311. Memorandum From Secretary of State Rogers to President Nixon1


  • Next Steps in Our China Policy

The adverse voting trend in the UN General Assembly on the Chinese representation issue and the likelihood that in the months ahead several more countries will follow the lead of Canada and Italy in recognizing Peking require that we take a thorough look at our China policy to see where we go from here. There is also always the possibility that Peking may on short notice propose a resumption of the Warsaw talks.

I plan to meet with Foreign Minister Wei Tao-ming in early December, before his return to Taipei, to urge that he impress upon President Chiang the seriousness of the situation confronting his government in the UN and in its bilateral relations and the need for the GRC to consider carefully how best to meet it.

Meanwhile, I have asked my staff to initiate a thorough study and review of the situation and possibilities open to us and will make recommendations to you as soon as possible.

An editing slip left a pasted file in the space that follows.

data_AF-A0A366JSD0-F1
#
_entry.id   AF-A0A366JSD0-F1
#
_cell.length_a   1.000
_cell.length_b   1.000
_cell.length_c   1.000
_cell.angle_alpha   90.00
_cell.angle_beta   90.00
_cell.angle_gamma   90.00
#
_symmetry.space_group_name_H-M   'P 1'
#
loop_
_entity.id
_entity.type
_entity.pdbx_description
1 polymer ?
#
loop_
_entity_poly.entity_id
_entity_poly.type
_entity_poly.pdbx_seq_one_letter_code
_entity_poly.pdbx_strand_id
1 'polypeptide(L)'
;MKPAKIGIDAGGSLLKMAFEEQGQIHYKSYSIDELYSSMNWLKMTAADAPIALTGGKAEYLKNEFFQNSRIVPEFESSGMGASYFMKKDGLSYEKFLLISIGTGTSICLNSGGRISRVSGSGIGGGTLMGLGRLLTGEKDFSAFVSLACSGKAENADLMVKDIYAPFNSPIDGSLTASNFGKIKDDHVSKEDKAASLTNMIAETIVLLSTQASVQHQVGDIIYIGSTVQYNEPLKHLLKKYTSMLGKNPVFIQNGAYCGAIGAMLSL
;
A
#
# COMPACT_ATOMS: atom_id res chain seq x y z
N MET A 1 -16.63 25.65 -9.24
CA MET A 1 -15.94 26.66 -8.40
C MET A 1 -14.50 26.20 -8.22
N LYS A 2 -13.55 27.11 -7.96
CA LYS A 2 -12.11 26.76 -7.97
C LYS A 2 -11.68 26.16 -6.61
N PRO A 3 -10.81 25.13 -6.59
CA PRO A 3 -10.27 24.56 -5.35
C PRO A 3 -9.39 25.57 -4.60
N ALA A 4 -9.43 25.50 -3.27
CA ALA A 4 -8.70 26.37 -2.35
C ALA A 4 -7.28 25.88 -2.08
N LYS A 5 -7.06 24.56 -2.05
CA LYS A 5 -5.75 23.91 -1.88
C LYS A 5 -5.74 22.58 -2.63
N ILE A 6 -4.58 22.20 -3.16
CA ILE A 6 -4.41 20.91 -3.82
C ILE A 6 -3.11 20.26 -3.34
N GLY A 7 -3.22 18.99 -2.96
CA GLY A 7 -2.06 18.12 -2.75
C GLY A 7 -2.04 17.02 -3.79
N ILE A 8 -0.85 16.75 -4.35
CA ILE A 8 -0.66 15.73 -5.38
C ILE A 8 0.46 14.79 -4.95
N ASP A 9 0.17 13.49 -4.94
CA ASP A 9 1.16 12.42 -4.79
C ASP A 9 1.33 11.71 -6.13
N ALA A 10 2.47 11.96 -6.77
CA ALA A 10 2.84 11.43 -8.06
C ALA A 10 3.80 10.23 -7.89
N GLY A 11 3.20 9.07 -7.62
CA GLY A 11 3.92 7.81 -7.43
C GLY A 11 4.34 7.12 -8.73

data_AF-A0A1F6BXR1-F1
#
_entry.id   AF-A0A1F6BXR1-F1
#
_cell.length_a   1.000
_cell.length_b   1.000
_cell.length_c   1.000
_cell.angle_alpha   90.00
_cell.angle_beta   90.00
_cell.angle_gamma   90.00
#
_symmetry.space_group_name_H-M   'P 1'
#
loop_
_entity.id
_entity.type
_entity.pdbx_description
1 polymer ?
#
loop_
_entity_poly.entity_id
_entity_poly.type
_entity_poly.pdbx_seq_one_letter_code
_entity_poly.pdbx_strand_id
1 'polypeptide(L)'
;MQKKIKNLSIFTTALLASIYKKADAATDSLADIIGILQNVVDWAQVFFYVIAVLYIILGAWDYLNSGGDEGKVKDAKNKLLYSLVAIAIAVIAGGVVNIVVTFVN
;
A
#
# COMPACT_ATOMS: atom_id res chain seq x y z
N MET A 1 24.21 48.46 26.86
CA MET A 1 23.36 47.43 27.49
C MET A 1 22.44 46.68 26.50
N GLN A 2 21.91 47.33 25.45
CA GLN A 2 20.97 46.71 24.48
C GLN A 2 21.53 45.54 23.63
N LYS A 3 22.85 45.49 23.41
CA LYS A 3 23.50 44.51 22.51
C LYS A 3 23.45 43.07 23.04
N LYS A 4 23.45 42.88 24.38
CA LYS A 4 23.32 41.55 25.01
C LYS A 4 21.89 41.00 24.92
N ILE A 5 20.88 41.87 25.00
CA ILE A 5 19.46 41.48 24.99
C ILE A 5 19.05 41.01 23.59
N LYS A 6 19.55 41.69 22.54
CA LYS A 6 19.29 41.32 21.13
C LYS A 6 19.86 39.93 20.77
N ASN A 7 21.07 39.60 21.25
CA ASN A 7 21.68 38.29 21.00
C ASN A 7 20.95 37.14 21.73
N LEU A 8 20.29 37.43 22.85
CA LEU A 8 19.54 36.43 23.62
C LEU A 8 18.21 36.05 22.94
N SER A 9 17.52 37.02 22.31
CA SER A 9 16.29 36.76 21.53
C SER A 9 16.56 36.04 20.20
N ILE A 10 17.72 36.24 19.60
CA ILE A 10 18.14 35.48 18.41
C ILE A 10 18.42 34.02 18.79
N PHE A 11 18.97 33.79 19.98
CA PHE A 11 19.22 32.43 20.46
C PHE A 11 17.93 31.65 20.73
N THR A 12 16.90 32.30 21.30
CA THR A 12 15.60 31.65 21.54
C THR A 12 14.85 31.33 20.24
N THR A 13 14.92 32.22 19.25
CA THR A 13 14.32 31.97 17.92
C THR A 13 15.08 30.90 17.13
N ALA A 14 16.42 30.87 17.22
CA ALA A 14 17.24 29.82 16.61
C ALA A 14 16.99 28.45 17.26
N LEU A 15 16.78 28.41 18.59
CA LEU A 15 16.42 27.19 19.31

William P. Rogers
  1. Source: National Archives, RG 59, Central Files 1970–73, UN 6 CHICOM. Secret; Exdis. Drafted November 17 by U. Alexis Johnson and Shoesmith and cleared by Winthrop G. Brown, De Palma, Ronald I. Spiers, and William I. Cargo. An attached memorandum from Rogers to Assistant Secretaries Green and De Palma, and to the Directors of the Bureau of Politico-Military Affairs and the Policy Planning Staff, dated November 18, authorized the Bureau of East Asian and Pacific Affairs to coordinate the policy review. Another attached memorandum from Deputy Assistant Secretary Winthrop G. Brown to Rogers, dated November 17, recommended the initiation of a Departmental review of U.S. China policy.